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In recent years popularity has risen when it comes to gardening. Once considered an activity favoured by elderly people or retires, potting, seeding and planting greenery has now become a big trend among youngsters, even Adidas have released this by releasing its own gardening clothes line! This trend is great for creating diversity within the gardening community and is good news for the gardening industries, even more this new trend doesn’t appear to be slowing down… thankfully!
For those who want to up the ante and spruce up their backyard with the latest and greatest in gardening, the trends for this year have just come in, courtesy of The Royal Horticultural Society. The charity has spoken to horticultural experts and community teams, reviewed retail centres to predict what will be the next big thing in gardening. ‘As we enter a new decade, gardening takes on an ever more important role in helping us to create healthy and happy places to live,’ said Guy Barter, chief horticulturist at the RHS. ‘While many gardeners will celebrate the return of some old favourites there is much to be excited about in the way that we’ll all be growing in 2020.’
From big and bold plants to 80’s flower power, here are the top five developments expected to blossom in 2020.
Plants will take more of a focal point in people’s homes. Aloe vera plants on your window sill or a spiky cactus have become the thing of the past. It’s now all about big, show-stopping greenery now, like alocasia, which has giant leaves and monstera, featuring deep green-patterned foliage. Plants that are around 6-9cm will still remain popular though, so don’t completely overlook miniature shapes if you prefer those.
Don’t know much about soil? Time to do some research. According to RHS, new findings have revealed that a soil bacteria known as mycobacterium vaccea is good for our immune systems, which is great for people who like to grow their own vegetables, the quality of the soil will boost the quality of your very own fresh carrots, cabbage etc. Sustainability is also key, with gardeners expected to use environmentally-friendly materials such as wood fibre and green waste compost.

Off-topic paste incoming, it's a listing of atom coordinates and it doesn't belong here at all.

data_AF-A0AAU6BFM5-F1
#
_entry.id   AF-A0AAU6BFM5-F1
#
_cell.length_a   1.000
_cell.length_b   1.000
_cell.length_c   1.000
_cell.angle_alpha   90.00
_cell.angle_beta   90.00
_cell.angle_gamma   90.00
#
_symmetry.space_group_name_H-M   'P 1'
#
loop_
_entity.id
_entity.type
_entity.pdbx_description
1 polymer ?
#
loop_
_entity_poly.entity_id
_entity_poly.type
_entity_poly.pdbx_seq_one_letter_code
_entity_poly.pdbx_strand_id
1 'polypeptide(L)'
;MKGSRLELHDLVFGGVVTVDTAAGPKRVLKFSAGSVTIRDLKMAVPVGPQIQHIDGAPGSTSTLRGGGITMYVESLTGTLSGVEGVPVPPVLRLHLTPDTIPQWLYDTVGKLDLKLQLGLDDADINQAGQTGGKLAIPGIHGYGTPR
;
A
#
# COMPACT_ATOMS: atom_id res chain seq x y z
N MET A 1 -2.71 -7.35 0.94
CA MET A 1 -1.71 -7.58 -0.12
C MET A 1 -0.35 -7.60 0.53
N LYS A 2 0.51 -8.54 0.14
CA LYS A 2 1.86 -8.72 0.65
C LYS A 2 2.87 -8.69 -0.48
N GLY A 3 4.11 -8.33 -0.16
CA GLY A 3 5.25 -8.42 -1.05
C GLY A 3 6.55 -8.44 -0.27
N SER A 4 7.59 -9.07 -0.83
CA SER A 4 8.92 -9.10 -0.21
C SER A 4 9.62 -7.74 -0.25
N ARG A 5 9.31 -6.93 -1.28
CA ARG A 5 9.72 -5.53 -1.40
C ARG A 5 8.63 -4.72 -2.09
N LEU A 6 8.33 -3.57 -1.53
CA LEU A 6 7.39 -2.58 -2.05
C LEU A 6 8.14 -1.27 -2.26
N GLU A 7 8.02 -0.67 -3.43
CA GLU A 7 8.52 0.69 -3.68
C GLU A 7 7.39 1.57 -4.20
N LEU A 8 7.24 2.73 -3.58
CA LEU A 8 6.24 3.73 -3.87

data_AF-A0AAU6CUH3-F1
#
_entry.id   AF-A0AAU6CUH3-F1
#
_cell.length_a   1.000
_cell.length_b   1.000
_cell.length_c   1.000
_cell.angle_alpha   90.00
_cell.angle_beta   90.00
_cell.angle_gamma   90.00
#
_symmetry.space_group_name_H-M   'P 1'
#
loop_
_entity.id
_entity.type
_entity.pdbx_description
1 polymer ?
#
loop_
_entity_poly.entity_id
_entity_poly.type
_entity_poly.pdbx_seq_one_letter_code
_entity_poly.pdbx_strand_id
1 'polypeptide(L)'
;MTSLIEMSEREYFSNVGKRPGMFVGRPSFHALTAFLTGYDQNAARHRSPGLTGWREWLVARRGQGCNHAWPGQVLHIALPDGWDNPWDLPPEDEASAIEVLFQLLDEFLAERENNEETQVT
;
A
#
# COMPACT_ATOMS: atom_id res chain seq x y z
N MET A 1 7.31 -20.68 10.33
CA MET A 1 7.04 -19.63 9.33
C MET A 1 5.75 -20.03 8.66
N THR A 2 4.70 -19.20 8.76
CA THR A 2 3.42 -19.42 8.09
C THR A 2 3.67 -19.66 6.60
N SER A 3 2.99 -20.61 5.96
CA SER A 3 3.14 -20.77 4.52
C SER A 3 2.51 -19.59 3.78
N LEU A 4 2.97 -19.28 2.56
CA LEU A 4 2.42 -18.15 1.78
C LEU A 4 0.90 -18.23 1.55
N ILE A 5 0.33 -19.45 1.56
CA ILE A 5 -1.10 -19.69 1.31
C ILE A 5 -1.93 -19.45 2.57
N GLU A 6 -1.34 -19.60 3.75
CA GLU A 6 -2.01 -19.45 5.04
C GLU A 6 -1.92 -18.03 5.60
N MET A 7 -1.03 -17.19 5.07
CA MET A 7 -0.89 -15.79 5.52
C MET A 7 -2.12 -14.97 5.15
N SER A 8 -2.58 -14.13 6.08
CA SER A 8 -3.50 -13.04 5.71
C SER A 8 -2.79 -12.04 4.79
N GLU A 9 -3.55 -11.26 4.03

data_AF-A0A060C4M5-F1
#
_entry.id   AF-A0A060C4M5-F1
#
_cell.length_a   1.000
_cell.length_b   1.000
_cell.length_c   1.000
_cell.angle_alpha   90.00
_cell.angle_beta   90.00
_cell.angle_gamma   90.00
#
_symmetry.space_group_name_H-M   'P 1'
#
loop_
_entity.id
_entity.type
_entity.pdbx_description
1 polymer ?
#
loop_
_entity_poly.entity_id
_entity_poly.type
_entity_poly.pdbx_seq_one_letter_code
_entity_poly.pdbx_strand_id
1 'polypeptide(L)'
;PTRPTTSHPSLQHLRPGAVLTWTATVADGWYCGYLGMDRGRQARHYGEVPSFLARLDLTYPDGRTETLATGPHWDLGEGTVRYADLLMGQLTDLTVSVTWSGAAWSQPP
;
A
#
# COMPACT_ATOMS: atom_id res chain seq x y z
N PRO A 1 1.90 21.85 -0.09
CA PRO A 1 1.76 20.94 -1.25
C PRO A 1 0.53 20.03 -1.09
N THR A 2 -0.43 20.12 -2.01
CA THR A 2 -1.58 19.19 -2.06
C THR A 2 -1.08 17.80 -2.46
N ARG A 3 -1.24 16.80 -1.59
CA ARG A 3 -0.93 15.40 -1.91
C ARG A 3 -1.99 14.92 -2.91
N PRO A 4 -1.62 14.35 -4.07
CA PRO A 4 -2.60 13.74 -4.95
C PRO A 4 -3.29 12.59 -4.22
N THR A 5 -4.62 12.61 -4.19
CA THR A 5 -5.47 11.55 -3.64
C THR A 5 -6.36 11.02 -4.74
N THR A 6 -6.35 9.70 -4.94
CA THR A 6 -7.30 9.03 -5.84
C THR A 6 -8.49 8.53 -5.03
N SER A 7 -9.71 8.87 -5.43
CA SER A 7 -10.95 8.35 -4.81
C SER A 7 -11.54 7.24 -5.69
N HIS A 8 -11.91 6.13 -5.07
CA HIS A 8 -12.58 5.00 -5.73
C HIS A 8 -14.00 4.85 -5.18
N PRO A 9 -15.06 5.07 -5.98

Meanwhile, if you’re considering adding a new flower to your pots, baskets or bedding’s, the 80’s will re-surge with nemesia and diascias at the front of the line. Both Nemesias and Diascias are great support acts and can be placed around the edge of any basket/pot.
The sweet scents will attract bees and butterflies which is great to help boost bee population’s and the their respective acts of pollination
Pristine plants with Scandinavian styles are no longer all the rage. As more people become aware of plummeting wildlife populations and aim to do their part in supporting these, they will make place in their homes and gardens for imperfect designs, such as plants that leave seed heads for insects, as well as a shopping from a wider selection of greenery. Look into the award winning bee ‘biome’ home over at Gardenature , whom have a wide selection housing for all type of insects to help keep your garden thriving, whilst doing your part for the environment.
Speaking of the current environmental and climate changes at the forefront of people’s minds, many will turn to sustainable ways in sourcing their food too, by growing their own, reducing plastic use and gardening in communal areas. Due to the spice import trade having a large impact on the worlds carbon foot print, Chilli is still number one on the list of popular spices. Due to planting spices being cheap, easy and great for the environment, growing your own has never been more desirable